Tuesday, September 23, 2008

A Hero of the Eucharist


I was talking to a man, "J", after our Traditional Latin Mass a few months ago, he was in his early forties. He said I like coming to it "...because I don't feel forced to come to Holy Communion". When he couldn't go to the TLM he went to the Polish Mass. He hadn't been to Holy Communion very often for ten years.

"I come to Mass every Sunday," he said, "I am living with "M", she is divorced. Most Lents we have determined to live as brother and sister, sometimes it works and I go off to Confession, receive absolution and receive Communion, normally a few weeks after Easter our resolution breaks down. The last couple of years we haven't got very far, so I haven't been to Holy Communion for three years. I want to come, of course I do, but I know I know what Jesus said about the permanence of marriage and marriage to divorcee. It would be hypocritical to receive Him and not live by His teaching."

I of course suggested looking at an annulment, he said he had tried that but "M" just couldn't bring herself to go through the procedure.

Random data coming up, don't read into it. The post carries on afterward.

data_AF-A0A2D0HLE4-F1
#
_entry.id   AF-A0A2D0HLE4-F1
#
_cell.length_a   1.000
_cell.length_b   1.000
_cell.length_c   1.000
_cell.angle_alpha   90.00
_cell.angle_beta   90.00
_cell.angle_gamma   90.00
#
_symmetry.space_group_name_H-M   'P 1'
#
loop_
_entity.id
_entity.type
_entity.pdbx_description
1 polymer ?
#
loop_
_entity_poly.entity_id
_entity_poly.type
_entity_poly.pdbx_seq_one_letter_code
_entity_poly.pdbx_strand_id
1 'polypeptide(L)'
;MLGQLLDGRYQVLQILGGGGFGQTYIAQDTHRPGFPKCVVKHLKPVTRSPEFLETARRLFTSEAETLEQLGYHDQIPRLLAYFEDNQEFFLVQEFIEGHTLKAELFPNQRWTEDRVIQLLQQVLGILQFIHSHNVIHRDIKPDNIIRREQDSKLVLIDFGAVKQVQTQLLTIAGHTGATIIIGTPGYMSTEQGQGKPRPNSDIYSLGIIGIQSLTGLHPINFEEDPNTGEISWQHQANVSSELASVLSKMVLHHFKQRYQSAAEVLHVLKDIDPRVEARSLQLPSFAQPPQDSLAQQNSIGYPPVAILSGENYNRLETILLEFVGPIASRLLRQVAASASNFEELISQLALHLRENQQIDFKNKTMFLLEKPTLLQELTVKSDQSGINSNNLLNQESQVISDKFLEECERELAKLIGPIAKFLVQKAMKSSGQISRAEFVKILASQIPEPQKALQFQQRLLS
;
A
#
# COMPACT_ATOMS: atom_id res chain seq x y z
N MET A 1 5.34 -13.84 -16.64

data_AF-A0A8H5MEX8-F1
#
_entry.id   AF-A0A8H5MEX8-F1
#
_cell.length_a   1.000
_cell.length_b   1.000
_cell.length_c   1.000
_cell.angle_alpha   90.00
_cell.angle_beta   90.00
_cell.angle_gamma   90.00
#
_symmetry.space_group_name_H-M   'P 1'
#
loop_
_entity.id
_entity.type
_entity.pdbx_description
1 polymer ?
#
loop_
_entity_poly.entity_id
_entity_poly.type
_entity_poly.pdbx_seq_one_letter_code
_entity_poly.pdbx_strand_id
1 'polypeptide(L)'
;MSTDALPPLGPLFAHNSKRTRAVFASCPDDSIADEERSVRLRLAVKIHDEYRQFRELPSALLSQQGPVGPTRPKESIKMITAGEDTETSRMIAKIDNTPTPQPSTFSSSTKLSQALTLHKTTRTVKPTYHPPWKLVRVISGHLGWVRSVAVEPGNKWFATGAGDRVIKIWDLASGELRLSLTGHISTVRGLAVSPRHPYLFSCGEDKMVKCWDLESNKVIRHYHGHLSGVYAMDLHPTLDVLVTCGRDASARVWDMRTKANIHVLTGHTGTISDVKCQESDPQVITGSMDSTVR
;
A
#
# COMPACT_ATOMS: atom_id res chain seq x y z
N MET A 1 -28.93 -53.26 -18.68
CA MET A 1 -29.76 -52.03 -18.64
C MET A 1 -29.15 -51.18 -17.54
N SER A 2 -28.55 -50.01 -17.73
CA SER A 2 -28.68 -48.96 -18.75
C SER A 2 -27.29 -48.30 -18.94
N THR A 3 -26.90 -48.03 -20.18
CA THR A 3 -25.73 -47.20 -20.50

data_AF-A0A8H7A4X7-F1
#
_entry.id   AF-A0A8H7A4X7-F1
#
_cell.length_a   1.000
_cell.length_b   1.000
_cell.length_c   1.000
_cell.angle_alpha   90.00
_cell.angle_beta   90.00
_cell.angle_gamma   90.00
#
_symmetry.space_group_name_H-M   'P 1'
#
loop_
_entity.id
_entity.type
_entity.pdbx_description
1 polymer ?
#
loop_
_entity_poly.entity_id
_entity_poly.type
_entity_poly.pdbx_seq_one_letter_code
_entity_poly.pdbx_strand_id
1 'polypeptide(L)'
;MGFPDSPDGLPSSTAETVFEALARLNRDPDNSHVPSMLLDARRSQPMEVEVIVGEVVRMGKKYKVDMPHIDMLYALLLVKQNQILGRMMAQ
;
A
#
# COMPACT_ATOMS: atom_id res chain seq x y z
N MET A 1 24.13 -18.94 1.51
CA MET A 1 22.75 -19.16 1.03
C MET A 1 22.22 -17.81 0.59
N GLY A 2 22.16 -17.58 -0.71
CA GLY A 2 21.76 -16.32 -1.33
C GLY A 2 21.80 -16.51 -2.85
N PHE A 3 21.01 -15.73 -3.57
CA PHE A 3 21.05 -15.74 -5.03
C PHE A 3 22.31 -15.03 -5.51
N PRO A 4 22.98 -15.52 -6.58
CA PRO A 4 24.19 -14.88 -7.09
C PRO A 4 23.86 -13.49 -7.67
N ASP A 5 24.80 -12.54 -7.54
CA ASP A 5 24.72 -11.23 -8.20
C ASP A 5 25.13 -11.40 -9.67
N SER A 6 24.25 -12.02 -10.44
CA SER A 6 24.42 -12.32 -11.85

I was so impressed by this man, so impressed by his extraordinary love for the Blessed Sacrament, impressed by his honesty and the heroism of his Christian life.

I think one of the good things about this parish is that not everyone comes to Holy Communion, our Polish Mass only about a half of the people recieve, I think about the same proportion receive at the TLM.

I would love to hear a pastoral letter that extolled faithful people like "J". I really do believe that we should encourage people to see it is a good and holy thing not to come to Holy Communion.

11 comments:

Jackie Parkes said...

When we were small ages 7,8, 9 etc we never presumed to go to Holy Communion..it was only after Confession & a lot of soul searching that we went. None of this line by line approach & free for all. Mind u at my children's primary school they all go to confession before their weekly Mass.

Jim said...